Another struggle. Another battle. Another heart-in-mouth game. Why expect anything different?
The London Knights took a 2-0 lead in their OHL Western Conference quarter-final series last night with a 2-1 win over the Storm.
It was more outstanding goaltending by Ryan MacDonald for the Storm. More penalties and more tough play and a series where London's grinders and muckers are taking the spotlight away from the offensive stars.
"Usually five-on-five we dominate," the Knights' Rob Schremp said. "But there's a lot of grabbing and holding along the boards and it's tough to play that way. That's why we need guys like (Brandon Prust, Kelly Thomson) to get in there and weaken up their back end. Guys like (Jordan Foreman) are playing great."
But five-on-five hasn't been the picture of beauty it's been for the Knights most of the season. The Storm simply won't let them play that way.
"We can play any way we have to. We can grind. We can trap. We can all-out blitz," Schremp said. "We can play a 9-1 game or we can play a 2-1 game."
There doesn't appear to be a 9-1 game in the cards, unless MacDonald suddenly turns human.
In two games the Knights have outshot the Storm 90-38. Yet they've been life and death to win both times.
Game 2 was almost a mirror image of Game 1, especially in the first two periods. The Knights had chance after chance on MacDonald but just couldn't break the game open.
"He's been awesome," Schremp said of MacDonald, who was a close friend when the goalie was a member of the Knights. "He knows our power play. He knows where we shoot. I've been shooting on him for two years."
Schremp rang a shot off the crossbar in the second period.
"Maybe if I get one, I can break out," said Schremp, whose 23 power-play goals led the league.
In the meantime, it's going to be foot soldiers like Trevor Kell, Josh Beaulieu and Drew Larman who need to perform.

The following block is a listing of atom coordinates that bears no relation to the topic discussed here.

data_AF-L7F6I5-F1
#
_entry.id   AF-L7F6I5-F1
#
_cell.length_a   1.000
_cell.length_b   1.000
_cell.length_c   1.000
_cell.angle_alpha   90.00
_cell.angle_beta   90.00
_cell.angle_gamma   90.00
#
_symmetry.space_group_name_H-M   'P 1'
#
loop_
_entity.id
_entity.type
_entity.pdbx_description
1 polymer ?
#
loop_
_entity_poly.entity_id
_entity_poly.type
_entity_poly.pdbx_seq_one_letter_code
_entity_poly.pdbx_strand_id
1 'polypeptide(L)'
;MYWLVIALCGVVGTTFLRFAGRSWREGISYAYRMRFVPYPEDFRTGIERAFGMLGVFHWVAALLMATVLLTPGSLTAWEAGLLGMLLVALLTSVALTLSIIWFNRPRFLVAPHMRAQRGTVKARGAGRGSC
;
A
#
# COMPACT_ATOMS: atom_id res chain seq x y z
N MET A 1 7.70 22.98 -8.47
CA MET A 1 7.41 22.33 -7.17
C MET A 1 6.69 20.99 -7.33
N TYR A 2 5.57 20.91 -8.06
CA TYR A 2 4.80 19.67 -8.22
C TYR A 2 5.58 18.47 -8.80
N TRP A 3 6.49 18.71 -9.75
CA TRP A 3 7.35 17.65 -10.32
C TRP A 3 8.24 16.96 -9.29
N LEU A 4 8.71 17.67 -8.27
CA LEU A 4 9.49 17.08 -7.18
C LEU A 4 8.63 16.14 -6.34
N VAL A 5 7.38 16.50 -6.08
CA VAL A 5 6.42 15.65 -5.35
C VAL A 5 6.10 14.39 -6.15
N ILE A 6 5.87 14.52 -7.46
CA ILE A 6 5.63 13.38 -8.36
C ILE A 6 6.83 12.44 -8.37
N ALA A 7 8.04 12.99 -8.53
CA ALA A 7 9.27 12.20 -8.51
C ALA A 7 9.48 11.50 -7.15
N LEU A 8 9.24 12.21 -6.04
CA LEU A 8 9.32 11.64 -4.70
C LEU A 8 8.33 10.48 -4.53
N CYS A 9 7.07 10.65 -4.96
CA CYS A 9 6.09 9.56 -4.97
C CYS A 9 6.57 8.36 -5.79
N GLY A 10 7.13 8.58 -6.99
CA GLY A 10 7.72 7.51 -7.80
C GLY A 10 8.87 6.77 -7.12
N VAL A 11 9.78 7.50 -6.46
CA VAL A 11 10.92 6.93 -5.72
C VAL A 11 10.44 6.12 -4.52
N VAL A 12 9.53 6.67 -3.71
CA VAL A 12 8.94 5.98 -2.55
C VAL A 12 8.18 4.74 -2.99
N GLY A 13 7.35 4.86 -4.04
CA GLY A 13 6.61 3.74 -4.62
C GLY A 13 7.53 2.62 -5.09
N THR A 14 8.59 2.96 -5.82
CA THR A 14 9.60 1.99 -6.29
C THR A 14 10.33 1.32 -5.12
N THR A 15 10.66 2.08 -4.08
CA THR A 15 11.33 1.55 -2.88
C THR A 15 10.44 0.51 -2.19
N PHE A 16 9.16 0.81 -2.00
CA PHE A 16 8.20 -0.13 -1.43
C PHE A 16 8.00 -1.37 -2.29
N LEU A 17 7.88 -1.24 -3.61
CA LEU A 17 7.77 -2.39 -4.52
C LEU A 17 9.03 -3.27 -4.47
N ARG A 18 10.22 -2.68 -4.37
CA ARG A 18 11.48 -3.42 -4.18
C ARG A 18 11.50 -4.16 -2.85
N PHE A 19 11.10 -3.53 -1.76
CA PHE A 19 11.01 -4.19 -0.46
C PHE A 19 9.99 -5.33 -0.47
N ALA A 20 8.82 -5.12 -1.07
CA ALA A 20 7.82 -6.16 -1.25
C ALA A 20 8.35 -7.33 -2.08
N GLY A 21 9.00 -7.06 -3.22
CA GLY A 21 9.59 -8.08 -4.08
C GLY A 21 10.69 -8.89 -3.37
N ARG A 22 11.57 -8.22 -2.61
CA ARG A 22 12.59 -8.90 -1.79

"You can't win a series like this with just finesse players," Schremp said. "Those other guys are really stepping up."
They need to.
Even though the Knights have managed to create a great many opportunities, they haven't looked sharp offensively. A great deal of that has to do with the aggressiveness of the Storm and their ability to kill penalties.
While the Knights have sung from the same "no-we-don't-feel-frustrated" songbook when it comes to their lack of production, what appears on the ice paints a tad different picture.
Yes, they are in control of most of the play and yes, they are a long way from being in trouble. But even though the Storm finished another time zone behind in the regular-season standings, this was not the team the Knights wanted to face.
London's Dan Fritsche said before the playoffs opened that there aren't any easy series.
"This team knows how to play," he said. "There are no easy series and this might wind up being the toughest."
Two games up might make the Knights a little less tense. Plus this so-far tough series offers a glass-half-full scenario.
Should they go on to beat out Guelph, it will prove far more beneficial to them later in the playoffs than if the Storm had simply rolled over and played dead.